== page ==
For Louis Pasteur
AUTHOR: Bowers, Edgar
PUBLISHER: Princeton University Press
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In poems about his friends, his family's place in Georgia, trips to New Mexico, persons in the Old Testament, and Louis Pasteur, Edgar Bowers writes to place and examine his subjects and his experiences in history and in cultures. The "Thirteen Views of Santa Barbara," for example, is grounded in a place usually perceived as "ahistoric" with the same motive that prompts him to ask in the title poem: "How shall a generation know its story / If it will know no other?" and that causes him throughout the collection to discover the possibilities of blank verse and of classical kinds of poem, structure, and feeling.
From "Thirteen Views of Santa Barbara":
In spring, we fish for halibut. In summer, When grunion spawn at midnight in the surf, We look for them on the sand to throw them back. In winter, from the point, we cast beyond The breakers to where the bass feed. Solar age And mythic distance turn round the point's ellipse. Earth is dark. Air darkens. The moon is white. Then, as if I were there, I watch us here, Immensities of purpose barely visible Intent upon the message in the line Startlingly taut with sudden gravity, Muscle and bone of the reflected light.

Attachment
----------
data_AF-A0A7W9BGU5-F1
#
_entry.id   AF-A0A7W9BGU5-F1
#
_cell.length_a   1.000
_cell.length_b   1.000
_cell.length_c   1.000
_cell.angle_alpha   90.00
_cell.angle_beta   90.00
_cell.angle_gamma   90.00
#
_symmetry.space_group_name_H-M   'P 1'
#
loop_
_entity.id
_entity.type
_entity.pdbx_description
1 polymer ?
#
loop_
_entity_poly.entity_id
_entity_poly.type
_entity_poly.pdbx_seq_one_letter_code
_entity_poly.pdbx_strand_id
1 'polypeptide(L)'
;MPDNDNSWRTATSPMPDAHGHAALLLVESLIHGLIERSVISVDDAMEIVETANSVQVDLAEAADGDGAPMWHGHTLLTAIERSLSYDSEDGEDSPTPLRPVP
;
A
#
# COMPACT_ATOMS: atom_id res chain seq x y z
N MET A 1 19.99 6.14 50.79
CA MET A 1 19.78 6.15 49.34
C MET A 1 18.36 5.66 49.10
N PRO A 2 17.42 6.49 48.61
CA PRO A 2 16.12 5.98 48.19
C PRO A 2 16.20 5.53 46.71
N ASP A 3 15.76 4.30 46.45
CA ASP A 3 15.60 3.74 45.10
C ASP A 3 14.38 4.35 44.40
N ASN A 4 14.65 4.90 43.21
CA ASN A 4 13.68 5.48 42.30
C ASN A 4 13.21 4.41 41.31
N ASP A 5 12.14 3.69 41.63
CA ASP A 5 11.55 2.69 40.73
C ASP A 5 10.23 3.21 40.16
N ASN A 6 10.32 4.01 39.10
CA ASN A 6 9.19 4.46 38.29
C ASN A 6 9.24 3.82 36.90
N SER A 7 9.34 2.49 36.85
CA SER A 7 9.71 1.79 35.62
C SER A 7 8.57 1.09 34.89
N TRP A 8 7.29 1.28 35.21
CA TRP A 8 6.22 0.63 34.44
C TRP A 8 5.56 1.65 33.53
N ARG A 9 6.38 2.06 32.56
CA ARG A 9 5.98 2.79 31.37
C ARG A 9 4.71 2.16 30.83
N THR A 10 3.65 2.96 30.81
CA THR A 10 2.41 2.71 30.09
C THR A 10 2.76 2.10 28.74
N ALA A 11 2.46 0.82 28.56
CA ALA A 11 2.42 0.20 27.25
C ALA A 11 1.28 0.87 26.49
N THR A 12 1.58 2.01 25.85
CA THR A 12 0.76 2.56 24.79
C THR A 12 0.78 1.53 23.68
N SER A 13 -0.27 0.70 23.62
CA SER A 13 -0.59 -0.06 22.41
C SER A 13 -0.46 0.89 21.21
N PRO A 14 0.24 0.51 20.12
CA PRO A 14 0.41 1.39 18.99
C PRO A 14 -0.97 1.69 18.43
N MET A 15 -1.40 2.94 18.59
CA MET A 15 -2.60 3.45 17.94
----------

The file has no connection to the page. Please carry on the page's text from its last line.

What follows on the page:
PUBLICATION DATE: 12/1/1989